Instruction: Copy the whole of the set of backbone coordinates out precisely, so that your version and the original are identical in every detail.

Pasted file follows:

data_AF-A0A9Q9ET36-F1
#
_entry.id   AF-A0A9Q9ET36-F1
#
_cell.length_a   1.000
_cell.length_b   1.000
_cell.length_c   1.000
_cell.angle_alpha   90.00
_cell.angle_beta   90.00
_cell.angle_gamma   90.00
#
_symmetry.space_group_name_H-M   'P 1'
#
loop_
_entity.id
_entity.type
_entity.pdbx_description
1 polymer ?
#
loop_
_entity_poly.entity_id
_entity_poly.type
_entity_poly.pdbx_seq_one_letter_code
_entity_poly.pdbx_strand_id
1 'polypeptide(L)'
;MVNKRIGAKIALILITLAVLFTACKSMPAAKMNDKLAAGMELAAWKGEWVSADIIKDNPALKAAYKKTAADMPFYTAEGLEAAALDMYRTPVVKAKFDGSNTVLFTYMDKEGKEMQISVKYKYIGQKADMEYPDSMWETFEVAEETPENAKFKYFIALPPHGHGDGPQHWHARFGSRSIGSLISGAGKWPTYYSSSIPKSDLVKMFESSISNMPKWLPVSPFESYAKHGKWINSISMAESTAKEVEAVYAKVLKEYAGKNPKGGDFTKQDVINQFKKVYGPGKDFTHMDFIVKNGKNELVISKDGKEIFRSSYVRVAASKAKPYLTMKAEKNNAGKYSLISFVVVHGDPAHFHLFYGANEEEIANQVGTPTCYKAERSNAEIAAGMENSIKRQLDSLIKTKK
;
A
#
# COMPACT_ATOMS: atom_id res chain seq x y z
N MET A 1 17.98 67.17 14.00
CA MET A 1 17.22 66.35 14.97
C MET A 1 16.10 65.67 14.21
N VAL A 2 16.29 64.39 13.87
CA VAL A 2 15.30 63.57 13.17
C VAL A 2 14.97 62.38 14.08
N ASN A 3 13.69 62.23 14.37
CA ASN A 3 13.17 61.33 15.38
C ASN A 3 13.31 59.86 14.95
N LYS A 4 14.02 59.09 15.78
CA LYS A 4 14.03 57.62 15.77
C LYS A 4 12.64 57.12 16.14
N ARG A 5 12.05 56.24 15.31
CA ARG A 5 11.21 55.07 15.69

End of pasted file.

data_AF-A0A9Q9ET36-F1
#
_entry.id   AF-A0A9Q9ET36-F1
#
_cell.length_a   1.000
_cell.length_b   1.000
_cell.length_c   1.000
_cell.angle_alpha   90.00
_cell.angle_beta   90.00
_cell.angle_gamma   90.00
#
_symmetry.space_group_name_H-M   'P 1'
#
loop_
_entity.id
_entity.type
_entity.pdbx_description
1 polymer ?
#
loop_
_entity_poly.entity_id
_entity_poly.type
_entity_poly.pdbx_seq_one_letter_code
_entity_poly.pdbx_strand_id
1 'polypeptide(L)'
;MVNKRIGAKIALILITLAVLFTACKSMPAAKMNDKLAAGMELAAWKGEWVSADIIKDNPALKAAYKKTAADMPFYTAEGLEAAALDMYRTPVVKAKFDGSNTVLFTYMDKEGKEMQISVKYKYIGQKADMEYPDSMWETFEVAEETPENAKFKYFIALPPHGHGDGPQHWHARFGSRSIGSLISGAGKWPTYYSSSIPKSDLVKMFESSISNMPKWLPVSPFESYAKHGKWINSISMAESTAKEVEAVYAKVLKEYAGKNPKGGDFTKQDVINQFKKVYGPGKDFTHMDFIVKNGKNELVISKDGKEIFRSSYVRVAASKAKPYLTMKAEKNNAGKYSLISFVVVHGDPAHFHLFYGANEEEIANQVGTPTCYKAERSNAEIAAGMENSIKRQLDSLIKTKK
;
A
#
# COMPACT_ATOMS: atom_id res chain seq x y z
N MET A 1 17.98 67.17 14.00
CA MET A 1 17.22 66.35 14.97
C MET A 1 16.10 65.67 14.21
N VAL A 2 16.29 64.39 13.87
CA VAL A 2 15.30 63.57 13.17
C VAL A 2 14.97 62.38 14.08
N ASN A 3 13.69 62.23 14.37
CA ASN A 3 13.17 61.33 15.38
C ASN A 3 13.31 59.86 14.95
N LYS A 4 14.02 59.09 15.78
CA LYS A 4 14.03 57.62 15.77
C LYS A 4 12.64 57.12 16.14
N ARG A 5 12.05 56.24 15.31
CA ARG A 5 11.21 55.07 15.69